Those who blame sugary beverages for America’s obesity problems have often advocated for a tax on such items to cut consumption. Philadelphia enacted such a tax in January and signs are it has definitely cut purchases of sugary soda in the city.
Indeed, a local Pepsi bottler announced layoffs this week, blaming decreased sales in the 40-50% range on the Philadelphia tax. Some critics say it’s just scare tactics to get the tax rolled back while others tout the amount of money the tax has raised for local schools.
But I’ve yet to see any reports on the health impact of the tax. Cook County, where I live and where Chicago is located, is about to enact its own soda tax of 1-cent-an-ounce effective July 1. Beverage industry backers already are predicting dire job consequences here. And the county is saying it needs the money, framing the tax as a fiscal rather than merely a health issue.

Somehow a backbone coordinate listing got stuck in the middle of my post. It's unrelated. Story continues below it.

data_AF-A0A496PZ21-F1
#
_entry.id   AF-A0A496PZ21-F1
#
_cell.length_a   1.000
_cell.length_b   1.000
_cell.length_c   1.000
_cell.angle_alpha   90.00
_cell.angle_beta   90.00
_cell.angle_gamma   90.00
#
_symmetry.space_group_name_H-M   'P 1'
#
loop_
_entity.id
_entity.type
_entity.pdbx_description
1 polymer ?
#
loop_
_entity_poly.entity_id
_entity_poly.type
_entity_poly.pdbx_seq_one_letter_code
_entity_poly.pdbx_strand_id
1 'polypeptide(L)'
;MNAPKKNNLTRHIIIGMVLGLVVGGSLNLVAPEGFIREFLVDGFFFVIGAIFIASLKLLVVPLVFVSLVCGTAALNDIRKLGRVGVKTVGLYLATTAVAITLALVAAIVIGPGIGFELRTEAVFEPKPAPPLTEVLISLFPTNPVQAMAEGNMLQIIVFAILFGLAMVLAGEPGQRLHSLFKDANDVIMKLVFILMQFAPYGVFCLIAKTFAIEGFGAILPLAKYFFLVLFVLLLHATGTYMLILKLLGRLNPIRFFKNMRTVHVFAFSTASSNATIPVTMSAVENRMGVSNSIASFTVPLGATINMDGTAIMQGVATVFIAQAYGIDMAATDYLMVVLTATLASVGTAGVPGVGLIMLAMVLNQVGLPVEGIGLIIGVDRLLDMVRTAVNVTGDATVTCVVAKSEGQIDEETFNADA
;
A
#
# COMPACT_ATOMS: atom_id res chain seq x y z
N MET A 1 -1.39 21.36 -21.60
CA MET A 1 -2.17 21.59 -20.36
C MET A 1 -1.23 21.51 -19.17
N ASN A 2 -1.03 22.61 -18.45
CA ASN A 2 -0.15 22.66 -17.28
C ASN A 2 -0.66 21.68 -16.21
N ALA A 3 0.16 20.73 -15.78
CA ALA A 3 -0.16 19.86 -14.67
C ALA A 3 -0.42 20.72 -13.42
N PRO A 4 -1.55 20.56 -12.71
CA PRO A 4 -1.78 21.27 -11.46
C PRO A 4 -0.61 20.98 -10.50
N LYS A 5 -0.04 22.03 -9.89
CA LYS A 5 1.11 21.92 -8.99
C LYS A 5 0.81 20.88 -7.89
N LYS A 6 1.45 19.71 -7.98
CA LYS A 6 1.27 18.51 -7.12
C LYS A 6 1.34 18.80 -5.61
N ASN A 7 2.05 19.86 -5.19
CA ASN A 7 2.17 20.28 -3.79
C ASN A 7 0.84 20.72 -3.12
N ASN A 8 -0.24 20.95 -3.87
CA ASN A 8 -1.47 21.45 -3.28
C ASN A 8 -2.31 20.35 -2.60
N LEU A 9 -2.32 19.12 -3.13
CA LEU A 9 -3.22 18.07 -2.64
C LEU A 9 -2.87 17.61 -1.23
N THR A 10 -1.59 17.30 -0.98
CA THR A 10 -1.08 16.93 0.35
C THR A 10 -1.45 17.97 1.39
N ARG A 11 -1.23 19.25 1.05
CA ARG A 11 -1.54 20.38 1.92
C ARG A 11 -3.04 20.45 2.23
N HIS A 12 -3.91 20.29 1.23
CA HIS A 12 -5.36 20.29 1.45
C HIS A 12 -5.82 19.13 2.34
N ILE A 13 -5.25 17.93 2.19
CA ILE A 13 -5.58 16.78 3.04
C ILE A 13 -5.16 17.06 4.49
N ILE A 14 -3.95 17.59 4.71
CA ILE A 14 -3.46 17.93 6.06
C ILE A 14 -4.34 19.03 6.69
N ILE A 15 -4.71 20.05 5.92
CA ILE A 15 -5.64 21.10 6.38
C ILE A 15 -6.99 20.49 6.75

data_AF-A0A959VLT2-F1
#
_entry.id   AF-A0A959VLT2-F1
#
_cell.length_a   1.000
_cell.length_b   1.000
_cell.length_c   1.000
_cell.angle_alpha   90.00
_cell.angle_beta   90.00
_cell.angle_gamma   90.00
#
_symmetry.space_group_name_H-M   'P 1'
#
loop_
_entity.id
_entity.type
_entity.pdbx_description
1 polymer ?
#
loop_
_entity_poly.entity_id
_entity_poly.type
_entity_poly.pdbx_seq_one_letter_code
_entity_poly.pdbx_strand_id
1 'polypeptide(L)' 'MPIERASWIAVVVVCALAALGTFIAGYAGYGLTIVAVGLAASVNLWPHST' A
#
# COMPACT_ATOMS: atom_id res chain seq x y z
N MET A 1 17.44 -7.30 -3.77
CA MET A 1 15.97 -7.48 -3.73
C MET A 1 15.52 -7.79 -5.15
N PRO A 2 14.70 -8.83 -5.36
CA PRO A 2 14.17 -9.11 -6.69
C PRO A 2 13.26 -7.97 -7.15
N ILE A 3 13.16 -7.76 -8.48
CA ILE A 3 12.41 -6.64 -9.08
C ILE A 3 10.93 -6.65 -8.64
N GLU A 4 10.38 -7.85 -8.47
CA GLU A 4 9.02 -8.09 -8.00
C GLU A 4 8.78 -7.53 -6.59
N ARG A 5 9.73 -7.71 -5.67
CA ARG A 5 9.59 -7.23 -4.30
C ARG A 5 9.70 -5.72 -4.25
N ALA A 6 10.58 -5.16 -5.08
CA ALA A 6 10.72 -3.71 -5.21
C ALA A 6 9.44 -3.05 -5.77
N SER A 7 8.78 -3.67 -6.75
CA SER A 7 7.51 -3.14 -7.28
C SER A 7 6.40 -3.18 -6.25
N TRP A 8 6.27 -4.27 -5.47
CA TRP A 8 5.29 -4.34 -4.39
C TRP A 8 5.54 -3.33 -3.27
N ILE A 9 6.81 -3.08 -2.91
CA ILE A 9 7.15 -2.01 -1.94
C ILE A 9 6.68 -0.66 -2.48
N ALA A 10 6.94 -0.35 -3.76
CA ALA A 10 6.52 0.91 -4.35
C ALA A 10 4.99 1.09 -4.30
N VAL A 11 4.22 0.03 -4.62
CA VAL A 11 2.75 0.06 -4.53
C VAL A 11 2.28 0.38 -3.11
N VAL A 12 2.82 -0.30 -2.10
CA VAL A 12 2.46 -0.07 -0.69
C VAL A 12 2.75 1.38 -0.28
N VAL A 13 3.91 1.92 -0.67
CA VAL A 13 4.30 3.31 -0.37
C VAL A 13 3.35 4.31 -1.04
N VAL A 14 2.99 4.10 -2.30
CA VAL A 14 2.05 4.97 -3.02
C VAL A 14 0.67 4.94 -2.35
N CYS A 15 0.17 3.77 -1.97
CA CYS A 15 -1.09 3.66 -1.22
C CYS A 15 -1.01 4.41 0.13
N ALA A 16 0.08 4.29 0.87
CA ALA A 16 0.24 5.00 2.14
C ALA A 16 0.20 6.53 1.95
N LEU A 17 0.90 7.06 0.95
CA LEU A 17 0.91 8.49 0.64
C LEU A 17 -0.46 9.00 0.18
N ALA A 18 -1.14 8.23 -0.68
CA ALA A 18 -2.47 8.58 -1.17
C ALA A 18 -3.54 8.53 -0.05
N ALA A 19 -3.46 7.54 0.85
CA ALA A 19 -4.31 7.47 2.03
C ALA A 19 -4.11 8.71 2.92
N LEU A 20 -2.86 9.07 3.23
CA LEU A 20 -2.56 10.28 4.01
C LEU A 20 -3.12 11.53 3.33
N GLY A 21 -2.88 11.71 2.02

A study on the impact of a sugary beverage tax in Mexico found consumption dropped 5.5 percent in 2014, the first year of a Mexican tax on soft drinks, and an additional 4.2 the following year but I found no mention fo health impact in that study.
So I’d say the jury is still out on the health impact of taxing one food group thought to contribute to obesity.
I’m guessing people who drank soda are finding other ways to satisfy their sweet cravings that involve a lot of calories as well. I don’t think any one food or beverage can be blamed for obesity, the problem is much more complex than that.